While the outward appearance of many capital cities is one of dull concrete, grand stone or skilled brickwork, others are characterised by a more colourful and quirky look that compliments their streetlife and brightens up even the most isolated of settlements. Here are six very different examples.
Sana’a – Yemen
The stunning pink-brown tower-houses of Sana’a are one of the most important architectural features of the Middle East. Not only is Sana’a the capital of Yemen; the old city is also a UNESCO World Heritage site, one of the highest capital cities on earth (2,300 metres) and one of the oldest continually inhabited cities in the world.
Situated in a mountain valley, Sana’a has been inhabited for more than 2,500 years. The city became an import centre of Islam from the 7th and 8th centuries – a religious and political heritage that is reflected in Sana’a's 103 mosques, 14 hammams and over 6,000 houses, all built before the 11th century. The colourful bazaars and multi-storeyed tower-houses built of rammed earth (pisé) attract tourists from all over the world.
Edinburgh of the Seven Seas – Tristan da Cunha
What it lacks in a proximity to civilisation, it more than makes up for in name! If Edinburgh in Scotland is one of the finest capital cities in the world, Edinburgh of the Seven Seas in Tristan da Cunha arguably has the most romantic and wistful name. Named after Prince Alfred, Duke of Edinburgh and second son of Queen Victoria, who visited the island in 1867, Edinburgh of the Seven Seas is known locally as The Settlement.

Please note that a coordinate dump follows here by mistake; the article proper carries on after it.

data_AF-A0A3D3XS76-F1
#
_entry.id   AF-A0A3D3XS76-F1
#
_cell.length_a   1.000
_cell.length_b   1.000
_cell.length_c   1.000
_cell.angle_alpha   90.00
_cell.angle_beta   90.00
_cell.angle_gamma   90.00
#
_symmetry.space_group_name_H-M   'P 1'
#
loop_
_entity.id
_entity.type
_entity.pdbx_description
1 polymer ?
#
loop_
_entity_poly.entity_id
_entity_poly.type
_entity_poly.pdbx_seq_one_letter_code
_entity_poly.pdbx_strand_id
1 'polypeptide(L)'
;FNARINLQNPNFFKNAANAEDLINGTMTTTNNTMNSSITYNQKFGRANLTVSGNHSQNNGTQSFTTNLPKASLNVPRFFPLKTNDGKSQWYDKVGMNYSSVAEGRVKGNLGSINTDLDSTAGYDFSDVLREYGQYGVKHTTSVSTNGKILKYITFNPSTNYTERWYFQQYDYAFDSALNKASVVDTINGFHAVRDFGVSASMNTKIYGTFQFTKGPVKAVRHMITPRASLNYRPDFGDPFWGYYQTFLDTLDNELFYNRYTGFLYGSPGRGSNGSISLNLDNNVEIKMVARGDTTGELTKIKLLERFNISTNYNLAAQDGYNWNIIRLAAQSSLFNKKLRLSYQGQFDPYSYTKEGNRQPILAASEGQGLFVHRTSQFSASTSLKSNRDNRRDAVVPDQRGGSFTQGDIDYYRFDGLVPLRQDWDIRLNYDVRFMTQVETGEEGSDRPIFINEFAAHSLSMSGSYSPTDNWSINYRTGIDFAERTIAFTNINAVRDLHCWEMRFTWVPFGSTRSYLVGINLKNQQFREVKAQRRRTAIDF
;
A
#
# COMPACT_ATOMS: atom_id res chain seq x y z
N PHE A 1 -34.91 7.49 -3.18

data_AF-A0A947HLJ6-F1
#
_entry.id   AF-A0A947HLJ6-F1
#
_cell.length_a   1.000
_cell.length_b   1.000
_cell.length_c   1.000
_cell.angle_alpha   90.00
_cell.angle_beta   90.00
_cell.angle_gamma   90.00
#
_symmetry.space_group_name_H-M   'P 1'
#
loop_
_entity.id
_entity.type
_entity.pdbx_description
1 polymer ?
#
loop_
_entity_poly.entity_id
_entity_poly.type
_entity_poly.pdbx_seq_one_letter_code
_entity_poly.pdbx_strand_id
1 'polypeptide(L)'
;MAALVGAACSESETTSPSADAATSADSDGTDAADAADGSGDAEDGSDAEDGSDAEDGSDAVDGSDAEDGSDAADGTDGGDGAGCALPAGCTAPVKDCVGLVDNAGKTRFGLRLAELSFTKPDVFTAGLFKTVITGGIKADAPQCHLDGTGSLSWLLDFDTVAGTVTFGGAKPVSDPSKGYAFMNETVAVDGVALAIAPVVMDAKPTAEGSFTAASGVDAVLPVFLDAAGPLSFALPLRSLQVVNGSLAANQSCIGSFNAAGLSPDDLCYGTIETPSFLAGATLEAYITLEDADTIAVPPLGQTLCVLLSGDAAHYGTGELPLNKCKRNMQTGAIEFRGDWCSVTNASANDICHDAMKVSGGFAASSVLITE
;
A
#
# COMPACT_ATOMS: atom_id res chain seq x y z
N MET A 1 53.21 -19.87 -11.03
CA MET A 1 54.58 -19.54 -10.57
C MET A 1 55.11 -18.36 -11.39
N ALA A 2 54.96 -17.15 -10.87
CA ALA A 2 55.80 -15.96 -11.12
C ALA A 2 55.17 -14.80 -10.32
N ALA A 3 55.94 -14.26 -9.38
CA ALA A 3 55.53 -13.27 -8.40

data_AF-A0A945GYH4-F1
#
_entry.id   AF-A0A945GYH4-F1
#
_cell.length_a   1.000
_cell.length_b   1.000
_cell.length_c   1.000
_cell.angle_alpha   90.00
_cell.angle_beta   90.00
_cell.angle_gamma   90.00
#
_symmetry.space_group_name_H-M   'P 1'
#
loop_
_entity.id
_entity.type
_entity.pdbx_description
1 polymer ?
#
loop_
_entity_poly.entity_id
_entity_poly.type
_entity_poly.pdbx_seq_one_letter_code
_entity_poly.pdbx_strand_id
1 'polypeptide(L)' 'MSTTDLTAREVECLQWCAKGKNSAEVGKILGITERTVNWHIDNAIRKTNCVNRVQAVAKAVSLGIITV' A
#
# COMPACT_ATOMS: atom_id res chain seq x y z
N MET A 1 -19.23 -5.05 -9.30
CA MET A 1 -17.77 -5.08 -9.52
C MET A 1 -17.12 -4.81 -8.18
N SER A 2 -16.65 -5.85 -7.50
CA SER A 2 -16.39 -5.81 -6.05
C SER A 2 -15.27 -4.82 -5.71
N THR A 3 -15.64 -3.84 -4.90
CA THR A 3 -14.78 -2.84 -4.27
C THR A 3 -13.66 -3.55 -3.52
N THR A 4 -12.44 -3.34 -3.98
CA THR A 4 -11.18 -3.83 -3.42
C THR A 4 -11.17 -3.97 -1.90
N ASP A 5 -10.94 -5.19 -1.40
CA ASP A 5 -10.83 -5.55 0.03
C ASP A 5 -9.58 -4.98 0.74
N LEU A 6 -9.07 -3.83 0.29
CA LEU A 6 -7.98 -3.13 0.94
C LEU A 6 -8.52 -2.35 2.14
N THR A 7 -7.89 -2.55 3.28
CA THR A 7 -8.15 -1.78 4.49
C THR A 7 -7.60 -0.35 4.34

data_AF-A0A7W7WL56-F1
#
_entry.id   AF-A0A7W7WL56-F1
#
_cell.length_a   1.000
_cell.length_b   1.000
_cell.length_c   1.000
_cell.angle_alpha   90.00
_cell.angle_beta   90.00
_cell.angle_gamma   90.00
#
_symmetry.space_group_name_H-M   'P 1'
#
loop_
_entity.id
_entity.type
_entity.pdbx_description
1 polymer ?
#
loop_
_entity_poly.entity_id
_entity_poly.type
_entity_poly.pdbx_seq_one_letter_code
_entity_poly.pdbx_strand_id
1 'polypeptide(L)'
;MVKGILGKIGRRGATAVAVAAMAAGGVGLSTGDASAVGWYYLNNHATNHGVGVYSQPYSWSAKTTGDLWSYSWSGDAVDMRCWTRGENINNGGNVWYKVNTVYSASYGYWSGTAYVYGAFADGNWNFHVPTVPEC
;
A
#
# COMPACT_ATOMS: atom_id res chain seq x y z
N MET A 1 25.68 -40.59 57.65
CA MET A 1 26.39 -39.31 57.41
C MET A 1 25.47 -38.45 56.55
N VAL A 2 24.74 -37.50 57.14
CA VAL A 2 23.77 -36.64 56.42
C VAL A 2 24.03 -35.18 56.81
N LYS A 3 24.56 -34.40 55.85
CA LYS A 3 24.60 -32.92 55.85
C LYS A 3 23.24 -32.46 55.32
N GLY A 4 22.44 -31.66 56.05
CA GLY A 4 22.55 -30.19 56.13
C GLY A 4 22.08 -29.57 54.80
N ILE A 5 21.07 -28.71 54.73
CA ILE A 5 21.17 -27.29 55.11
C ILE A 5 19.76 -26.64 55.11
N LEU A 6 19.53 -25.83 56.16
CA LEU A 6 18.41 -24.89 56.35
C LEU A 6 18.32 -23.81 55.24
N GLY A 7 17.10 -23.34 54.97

Edinburgh of the Seven Seas is located in the Saint Helena, Ascension and Tristan da Cunha territory of the United Kingdom in the South Atlantic Ocean. The nearest human habitation is 1,500 miles away on Saint Helena (where Napoleon was imprisioned), making this tiny capital the most remote human settlement in the world. A volcanic eruption in 1961 destroyed the local crayfish factory and forced residents to move to the UK. But by 1963, the settlement was rebuilt and most of the islanders had returned – a testament to the tough but tranquil way of life on this rugged and romantic island.
Lisbon – Portugal
Standing on the north bank of the River Tagus, Lisbon’s charm is rooted in its past and written all over its vibrant cityscape. Its magnificent palaces, churches and castle reflect Lisbon’s rich heritage, while its eclectic streetscene, culture and architecture set it apart from other European capitals. Seen from above, Lisbon’s colourful rooftops give way to narrow cobble streets and Art Nouveau cafés.
Despite being one of the oldest cities in the world, Lisbon is recognised today as a key centre of finance, commerce, media, entertainment, arts, international trade, education and tourism. It enjoys one of the mildest climates in Eurasia and has witnessed the rule of Julius Caesar, various 5th century Germanic tribes, capture by Moors and recapture by Christians. Lisbon is home to two UNESCO World Heritage Sites: Belém Tower (above) and Jerónimos Monastery.
Nuuk – Greenland